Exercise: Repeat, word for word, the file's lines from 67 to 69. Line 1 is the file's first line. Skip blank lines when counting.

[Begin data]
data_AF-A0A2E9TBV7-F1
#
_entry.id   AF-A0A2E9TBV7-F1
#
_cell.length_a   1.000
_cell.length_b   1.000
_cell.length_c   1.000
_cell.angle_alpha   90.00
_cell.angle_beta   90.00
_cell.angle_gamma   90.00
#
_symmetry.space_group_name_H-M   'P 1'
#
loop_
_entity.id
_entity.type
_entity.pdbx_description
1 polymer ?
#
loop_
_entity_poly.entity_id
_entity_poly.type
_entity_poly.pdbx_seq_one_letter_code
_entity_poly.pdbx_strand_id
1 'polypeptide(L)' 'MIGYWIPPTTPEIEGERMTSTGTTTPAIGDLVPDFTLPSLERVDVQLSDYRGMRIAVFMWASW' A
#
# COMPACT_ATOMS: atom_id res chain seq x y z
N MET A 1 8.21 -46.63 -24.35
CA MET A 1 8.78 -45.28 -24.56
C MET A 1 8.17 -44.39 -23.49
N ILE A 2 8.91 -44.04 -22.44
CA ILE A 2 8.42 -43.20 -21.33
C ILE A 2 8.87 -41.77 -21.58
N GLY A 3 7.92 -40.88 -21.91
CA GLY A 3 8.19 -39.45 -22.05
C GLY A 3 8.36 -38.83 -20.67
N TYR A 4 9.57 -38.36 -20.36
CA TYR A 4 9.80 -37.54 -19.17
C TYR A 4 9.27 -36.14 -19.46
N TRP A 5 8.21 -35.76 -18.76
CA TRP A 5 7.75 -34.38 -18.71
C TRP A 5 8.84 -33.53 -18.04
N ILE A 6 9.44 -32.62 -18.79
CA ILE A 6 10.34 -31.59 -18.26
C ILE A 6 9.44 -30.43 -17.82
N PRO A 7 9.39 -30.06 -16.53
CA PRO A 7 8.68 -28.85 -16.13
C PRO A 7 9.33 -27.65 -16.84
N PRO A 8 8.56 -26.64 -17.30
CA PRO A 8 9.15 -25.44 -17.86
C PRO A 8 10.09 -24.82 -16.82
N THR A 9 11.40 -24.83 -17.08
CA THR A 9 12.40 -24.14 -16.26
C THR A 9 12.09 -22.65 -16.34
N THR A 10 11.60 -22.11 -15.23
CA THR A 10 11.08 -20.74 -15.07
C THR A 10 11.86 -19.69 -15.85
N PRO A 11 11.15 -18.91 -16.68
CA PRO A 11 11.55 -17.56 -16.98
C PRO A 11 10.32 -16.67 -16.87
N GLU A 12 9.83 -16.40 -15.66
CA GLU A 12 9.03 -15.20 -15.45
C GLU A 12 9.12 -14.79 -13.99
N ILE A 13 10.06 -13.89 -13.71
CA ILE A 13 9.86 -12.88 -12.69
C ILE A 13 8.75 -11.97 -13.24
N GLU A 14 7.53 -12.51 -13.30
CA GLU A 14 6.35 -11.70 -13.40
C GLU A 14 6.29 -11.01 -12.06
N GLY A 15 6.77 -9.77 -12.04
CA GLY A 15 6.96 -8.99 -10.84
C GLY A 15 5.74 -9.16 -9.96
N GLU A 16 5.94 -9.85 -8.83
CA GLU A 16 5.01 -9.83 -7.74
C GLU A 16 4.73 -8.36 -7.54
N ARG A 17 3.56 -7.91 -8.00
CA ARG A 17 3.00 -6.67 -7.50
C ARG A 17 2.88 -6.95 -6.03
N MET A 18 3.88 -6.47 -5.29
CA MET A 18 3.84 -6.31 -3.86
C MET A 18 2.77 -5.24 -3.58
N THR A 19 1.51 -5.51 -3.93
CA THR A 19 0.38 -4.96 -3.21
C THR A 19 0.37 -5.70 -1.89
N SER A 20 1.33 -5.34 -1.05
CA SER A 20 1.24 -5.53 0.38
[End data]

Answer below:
N GLU A 14 7.53 -12.51 -13.30
CA GLU A 14 6.35 -11.70 -13.40
C GLU A 14 6.29 -11.01 -12.06